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May 10, 2016

Novak Djokovic

Rome, Italy

An interview with:


THE MODERATOR: Questions, please.

Q. How are you feeling after a long week of matches in Madrid? How are you feeling physically for a pretty quick turnaround here?
NOVAK DJOKOVIC: Good. It's not the first time that I'm playing back-to-back weeks, so I'm just hoping I can carry on the high quality of performances I have had throughout the week in Madrid and also this week in Rome, you know, find that freshness and get as far as I can.

Q. With so many matches this year already, did it ever cross your mind in terms of pacing yourself for the French Open to miss one of the three clay Masters this year?
NOVAK DJOKOVIC: Once I step on the court, I don't know how to pace myself. You know, if I'm on the court and I'm there to get the job done, to try to win, and -- well, if I'm not participating in the tournament, then that's different, but I'm here already, so I think it would be disrespectful to the tournament and to all the people that come to watch you that, you know, you're thinking of some other tournament that's ahead of you. So that's not in my mind.

Q. I guess you heard about Mauresmo and Andy not working together anymore. You also took the road of hiring a former great player as your coach. When you're discussing with him what number of weeks he will dedicate and number of travels, have you talked about that? Is it a real big issue when you have that kind of choice?
NOVAK DJOKOVIC: Well, I don't know exactly the particularity of the relationship between Andy and Amélie, but certainly it is, you know, a challenge to organize properly the time spent on the tour for the former players that also have their own, you know, families and private lifes and different things.

So it's hard for them to dedicate full time, especially the champions like Amélie Mauresmo and Boris Becker and people alike. Plus Amélie gave birth five, six months ago. So, you know, being a mother, it's the biggest and toughest job you can have in the world. So I can imagine how hard it was for her to travel.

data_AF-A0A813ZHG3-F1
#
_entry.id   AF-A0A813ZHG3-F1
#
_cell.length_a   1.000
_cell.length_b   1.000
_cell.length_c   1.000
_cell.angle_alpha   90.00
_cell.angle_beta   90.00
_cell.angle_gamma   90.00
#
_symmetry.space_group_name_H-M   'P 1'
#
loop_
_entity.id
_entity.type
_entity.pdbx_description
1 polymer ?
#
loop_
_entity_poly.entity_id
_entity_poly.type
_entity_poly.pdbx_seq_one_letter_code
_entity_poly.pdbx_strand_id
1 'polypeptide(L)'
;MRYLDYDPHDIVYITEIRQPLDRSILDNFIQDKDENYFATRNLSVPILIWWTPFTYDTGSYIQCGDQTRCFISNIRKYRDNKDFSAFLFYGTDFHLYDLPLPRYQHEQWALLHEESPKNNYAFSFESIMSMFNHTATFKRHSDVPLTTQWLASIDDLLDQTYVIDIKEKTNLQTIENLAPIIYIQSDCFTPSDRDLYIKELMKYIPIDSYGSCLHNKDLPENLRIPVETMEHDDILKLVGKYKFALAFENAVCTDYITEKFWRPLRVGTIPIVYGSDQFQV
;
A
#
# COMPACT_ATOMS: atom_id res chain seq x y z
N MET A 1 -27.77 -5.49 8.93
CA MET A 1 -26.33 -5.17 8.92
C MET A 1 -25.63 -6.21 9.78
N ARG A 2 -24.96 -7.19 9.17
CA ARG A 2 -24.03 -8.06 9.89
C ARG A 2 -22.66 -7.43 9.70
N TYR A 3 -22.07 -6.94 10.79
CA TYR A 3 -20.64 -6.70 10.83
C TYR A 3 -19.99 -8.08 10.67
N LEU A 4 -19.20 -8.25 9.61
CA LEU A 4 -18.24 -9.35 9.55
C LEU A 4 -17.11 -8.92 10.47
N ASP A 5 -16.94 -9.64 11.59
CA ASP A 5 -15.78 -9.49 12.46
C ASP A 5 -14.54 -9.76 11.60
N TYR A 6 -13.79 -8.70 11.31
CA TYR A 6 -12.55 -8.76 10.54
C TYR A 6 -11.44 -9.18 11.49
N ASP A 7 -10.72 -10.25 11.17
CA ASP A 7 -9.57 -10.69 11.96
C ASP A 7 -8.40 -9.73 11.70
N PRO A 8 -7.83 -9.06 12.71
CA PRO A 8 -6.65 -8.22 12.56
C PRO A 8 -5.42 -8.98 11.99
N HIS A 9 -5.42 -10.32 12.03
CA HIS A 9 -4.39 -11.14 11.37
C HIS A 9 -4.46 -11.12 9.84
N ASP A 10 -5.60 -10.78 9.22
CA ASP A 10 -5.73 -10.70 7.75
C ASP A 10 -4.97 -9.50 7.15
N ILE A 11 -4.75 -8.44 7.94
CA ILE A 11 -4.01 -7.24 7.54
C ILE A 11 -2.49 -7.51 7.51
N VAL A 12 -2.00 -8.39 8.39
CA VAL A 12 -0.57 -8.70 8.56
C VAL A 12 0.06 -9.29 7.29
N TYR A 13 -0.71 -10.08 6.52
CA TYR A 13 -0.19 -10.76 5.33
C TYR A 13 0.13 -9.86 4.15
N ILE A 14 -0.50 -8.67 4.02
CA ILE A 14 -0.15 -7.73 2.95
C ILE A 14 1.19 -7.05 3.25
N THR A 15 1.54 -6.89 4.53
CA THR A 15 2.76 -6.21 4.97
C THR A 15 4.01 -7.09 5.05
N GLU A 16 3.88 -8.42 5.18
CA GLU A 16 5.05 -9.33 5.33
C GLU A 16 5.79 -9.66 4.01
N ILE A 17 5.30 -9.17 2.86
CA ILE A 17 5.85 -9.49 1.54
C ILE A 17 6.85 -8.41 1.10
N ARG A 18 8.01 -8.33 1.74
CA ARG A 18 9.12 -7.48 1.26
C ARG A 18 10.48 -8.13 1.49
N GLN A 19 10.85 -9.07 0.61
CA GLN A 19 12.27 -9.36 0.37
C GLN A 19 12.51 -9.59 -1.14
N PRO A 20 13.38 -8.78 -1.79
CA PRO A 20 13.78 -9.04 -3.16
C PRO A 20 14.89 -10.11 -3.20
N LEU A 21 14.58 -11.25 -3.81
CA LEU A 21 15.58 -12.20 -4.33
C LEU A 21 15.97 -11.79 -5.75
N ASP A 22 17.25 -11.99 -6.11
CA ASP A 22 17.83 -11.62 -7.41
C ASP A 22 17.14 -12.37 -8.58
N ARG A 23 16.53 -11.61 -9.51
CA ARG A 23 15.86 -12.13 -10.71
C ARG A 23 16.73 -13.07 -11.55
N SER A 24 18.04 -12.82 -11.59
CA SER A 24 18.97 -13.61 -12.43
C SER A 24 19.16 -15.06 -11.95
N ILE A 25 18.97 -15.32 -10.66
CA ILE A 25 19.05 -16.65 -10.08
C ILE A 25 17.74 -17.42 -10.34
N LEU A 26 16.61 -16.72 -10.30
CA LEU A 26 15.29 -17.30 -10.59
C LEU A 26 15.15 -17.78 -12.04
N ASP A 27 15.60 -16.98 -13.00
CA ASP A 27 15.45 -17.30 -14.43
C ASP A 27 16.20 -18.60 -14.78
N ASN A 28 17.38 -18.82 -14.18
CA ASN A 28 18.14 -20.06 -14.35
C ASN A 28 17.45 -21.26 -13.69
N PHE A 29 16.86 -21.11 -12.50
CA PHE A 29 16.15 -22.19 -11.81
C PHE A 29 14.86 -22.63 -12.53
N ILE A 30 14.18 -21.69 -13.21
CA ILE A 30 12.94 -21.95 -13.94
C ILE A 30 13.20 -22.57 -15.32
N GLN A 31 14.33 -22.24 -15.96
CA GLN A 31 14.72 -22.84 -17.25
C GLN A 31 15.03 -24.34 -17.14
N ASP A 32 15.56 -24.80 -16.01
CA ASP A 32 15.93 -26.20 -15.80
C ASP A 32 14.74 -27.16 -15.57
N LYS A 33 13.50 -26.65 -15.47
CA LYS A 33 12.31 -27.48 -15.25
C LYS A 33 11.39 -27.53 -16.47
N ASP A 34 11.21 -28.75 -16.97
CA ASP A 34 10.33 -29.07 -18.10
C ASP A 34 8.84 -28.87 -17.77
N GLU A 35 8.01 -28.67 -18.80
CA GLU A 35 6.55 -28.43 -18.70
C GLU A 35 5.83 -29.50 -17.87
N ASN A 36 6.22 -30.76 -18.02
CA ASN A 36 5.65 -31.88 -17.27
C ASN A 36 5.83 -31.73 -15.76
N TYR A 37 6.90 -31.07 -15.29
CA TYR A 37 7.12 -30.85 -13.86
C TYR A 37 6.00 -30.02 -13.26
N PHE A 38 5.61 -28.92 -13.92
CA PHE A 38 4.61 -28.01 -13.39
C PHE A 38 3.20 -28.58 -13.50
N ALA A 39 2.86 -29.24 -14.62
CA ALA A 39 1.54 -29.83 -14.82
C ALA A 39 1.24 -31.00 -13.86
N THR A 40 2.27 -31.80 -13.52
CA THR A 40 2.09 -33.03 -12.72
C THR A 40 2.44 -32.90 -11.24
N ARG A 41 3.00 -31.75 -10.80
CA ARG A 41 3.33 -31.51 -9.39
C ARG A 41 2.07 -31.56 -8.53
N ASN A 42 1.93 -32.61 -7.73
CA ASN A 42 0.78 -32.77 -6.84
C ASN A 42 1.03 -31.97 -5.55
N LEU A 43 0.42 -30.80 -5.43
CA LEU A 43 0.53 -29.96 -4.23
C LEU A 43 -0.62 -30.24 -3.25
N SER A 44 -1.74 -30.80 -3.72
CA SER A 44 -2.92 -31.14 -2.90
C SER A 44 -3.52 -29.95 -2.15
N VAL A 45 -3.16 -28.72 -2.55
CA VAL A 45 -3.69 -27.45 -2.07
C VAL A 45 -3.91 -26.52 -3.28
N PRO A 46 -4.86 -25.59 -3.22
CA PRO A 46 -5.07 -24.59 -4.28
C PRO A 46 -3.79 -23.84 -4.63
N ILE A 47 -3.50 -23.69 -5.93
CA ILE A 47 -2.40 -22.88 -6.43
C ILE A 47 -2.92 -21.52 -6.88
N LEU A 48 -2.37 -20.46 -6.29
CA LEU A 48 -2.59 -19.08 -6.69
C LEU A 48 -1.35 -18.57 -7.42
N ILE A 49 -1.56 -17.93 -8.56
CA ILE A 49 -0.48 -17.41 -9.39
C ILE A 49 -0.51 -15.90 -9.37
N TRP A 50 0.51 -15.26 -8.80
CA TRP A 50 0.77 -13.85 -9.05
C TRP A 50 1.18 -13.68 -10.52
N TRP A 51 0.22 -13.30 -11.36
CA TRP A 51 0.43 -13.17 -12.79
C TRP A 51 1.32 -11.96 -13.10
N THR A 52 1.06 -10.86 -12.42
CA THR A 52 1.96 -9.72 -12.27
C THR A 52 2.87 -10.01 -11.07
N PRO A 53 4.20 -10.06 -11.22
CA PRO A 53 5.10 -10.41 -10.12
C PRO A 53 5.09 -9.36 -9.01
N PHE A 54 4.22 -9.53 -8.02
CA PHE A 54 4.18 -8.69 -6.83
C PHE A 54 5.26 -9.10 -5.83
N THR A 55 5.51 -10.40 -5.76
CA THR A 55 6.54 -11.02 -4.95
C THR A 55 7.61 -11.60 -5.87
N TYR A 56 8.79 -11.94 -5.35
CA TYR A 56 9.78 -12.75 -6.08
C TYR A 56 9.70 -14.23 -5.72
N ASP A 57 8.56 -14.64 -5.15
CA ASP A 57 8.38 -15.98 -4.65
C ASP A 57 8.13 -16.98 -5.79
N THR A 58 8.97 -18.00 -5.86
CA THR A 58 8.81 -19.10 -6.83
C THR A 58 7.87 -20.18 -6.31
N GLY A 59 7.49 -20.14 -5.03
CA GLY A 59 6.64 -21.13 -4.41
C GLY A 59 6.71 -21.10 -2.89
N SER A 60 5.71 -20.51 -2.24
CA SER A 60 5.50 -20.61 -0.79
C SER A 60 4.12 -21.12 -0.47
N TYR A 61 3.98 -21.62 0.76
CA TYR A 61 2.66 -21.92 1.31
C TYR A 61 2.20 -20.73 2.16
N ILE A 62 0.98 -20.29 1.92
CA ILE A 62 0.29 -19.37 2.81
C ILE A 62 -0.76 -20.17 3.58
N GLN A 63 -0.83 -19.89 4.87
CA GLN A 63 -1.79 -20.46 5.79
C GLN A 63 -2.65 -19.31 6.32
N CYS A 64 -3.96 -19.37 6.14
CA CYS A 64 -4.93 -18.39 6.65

But, you know, having said that, everybody's different. In tennis we are all individuals so we all try to make our team of experts the best possible and most suitable possible to ourselves, our styles of the game, our characters, because finally, you know, it's the team that really makes sure that you're at your top, at your best, that you're getting best out of your potential on the court.

Of course you are an individual athlete, but all the work that you do with your team affects your performance. You spend so much time with those people on the tour traveling. They're family, they're friends, they are people you rely on in the tough moments. You get to share life experience was them. You get to see them probably more often than your own parents.

So that's why it's such an important part of your life and your career to have the right team of people around you.

Q. This is the last big event before Roland Garros. Are you feeling the pressure of Grand Slam yet, or...
NOVAK DJOKOVIC: I just answered the question that I'm focusing on Rome. I will speak about Roland Garros later.

Q. For me is very often the same players who won the great tournament in the world, the Slams: you, Rafa, Andy, and Roger. Meanwhile there is a new generation of young players that try to reach this goal but they fail to reach this goal, the great tournaments. You are the fab four. In your opinion, what's the reason?
NOVAK DJOKOVIC: Well, you have Wawrinka that won two Grand Slams, Cilic that won a Grand Slam, so it's not like it was only us, first of all.